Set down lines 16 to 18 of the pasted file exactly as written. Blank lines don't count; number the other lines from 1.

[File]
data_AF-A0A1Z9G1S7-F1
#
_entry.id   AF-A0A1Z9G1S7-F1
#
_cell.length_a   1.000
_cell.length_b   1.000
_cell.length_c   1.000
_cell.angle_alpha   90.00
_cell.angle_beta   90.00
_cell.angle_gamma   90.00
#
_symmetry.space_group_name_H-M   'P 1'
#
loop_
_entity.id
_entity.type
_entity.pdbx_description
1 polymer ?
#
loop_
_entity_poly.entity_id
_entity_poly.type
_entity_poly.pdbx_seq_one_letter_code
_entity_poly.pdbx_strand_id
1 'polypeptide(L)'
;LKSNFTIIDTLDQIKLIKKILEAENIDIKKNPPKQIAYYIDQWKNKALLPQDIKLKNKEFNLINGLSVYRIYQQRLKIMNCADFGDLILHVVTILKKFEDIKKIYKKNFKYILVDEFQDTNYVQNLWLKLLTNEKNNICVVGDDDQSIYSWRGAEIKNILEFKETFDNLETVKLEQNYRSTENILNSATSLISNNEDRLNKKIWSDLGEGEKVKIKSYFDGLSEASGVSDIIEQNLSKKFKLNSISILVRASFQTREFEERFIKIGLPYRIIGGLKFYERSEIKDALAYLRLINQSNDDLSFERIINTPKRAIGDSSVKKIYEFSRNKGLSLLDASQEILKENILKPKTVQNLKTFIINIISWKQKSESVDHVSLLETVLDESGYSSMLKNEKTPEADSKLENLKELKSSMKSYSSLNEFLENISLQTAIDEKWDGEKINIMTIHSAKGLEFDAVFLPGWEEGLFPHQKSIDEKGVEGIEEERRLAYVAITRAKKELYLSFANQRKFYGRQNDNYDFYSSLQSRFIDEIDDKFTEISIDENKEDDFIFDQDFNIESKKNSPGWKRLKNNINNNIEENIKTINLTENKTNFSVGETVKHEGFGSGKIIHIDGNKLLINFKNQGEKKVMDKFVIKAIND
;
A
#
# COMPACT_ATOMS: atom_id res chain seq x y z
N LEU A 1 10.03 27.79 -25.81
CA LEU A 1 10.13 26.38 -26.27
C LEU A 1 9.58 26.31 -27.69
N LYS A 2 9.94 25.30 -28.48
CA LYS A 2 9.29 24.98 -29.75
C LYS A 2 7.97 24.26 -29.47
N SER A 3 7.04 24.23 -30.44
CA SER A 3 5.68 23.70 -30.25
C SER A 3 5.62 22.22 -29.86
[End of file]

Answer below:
_entity.type
_entity.pdbx_description
1 polymer ?